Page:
Advantage is that the path+filename remains the same for all versions within a branch. But for different branches, the path+filename is different. And since directories and branches are resolved in the same dimension (the path), it is not possible to distinguish between a directory and a branch. For example, are main and R184.108.40.206 different branches? Are unix and winxp different branches? Are gui and webgui different branches? Or are they different directories within the same branch? So users have to make agreements about naming conventions to distinguish between branches. The SCM tool only takes care of deciding (automated) which version is used.
One step further is a 3-dimensional solution, where directory (path+filename), version and branch are independent of each other. More advanced version control tools like ClearCase or Synergy are needed. For example:
gui/foo.c (versions: 1 on branch: main)
webgui/foo.c (versions: 1 and on branch: main; versions: 2 and 3 on branch: unix; versions: 2 on branch winxp)
Advantage is now that the path+filename remains the same for all versions and all branches. This simplifies the implementation of an automated build process and the description in design documents and models. But the counterside is that SCM has to have the information to decide which branch a user is working on in order to select the correct version for the user to work on. And the user may be unaware of the branch he is working on – introducing the risk that he is working on the wrong branch.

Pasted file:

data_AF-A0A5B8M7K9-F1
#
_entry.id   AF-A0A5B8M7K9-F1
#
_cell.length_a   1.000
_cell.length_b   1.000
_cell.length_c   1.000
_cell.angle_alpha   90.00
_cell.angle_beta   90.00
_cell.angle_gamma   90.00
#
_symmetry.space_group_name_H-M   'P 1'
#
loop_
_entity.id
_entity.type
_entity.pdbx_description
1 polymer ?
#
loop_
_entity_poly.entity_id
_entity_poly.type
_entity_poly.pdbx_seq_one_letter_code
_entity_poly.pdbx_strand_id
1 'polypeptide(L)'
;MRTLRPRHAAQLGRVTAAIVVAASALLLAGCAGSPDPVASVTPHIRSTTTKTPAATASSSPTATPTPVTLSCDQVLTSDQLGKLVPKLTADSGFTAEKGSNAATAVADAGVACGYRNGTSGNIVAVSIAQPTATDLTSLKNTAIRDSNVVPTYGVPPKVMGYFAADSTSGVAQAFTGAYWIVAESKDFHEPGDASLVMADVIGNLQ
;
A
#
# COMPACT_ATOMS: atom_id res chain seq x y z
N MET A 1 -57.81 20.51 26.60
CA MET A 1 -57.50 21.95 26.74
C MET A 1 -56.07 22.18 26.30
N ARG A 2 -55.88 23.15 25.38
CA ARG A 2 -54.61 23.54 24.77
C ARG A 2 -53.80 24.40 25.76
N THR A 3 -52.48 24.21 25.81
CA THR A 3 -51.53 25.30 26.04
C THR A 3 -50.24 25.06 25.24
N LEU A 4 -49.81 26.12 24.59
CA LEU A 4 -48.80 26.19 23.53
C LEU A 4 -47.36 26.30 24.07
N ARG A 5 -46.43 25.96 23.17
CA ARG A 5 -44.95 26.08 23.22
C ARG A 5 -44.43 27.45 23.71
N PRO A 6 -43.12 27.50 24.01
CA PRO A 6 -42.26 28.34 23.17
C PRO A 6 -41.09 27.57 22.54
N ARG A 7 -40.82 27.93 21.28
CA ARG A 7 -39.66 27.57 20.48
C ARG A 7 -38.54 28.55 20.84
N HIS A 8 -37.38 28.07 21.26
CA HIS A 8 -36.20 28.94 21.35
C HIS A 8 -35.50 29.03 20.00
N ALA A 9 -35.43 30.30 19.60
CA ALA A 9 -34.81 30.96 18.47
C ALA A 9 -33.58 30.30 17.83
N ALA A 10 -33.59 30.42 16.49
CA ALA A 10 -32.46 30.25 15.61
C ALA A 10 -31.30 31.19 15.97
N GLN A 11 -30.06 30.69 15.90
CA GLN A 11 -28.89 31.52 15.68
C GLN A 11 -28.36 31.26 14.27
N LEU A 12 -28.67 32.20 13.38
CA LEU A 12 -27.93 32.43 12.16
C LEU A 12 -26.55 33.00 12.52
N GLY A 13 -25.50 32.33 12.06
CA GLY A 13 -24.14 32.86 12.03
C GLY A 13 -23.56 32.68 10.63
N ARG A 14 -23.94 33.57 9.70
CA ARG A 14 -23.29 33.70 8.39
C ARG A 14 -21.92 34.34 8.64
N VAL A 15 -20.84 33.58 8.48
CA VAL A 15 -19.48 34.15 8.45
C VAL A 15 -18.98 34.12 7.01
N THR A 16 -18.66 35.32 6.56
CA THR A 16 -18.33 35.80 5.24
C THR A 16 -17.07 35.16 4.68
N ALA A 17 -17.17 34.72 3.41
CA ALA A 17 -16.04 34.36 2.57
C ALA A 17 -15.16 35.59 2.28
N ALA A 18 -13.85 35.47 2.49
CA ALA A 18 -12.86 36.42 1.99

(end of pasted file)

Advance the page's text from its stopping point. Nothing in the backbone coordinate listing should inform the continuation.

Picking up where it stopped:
So on one side SCM makes life easier for the user and the organization (e.g. automation), but on the other side it introduces extra work to reduce the risk mistakes or to repair them.
As you can see, I have left out the baseline (R220.127.116.11) from the last example. In the first and second example (1 and 2 dimensional), the baseline was combined with the directory dimension. In the last example, the baseline could be combined with the branch dimension, but it could also be implemented as a 4th dimension: labeling or tagging.
And this brings me to the point where version control enters the domain of configuration management. An essential feature of configuration management is to identify dependencies. A dependency defines which objects belong together. There are many different dependencies that can be (or need to be) identified, for example:
- Directory dependency: all files within the same directory tree
- Branch dependency: all files on the same branch
- Version dependency: all latest versions
- Status dependency: all files with the same status (e.g. release R18.104.22.168)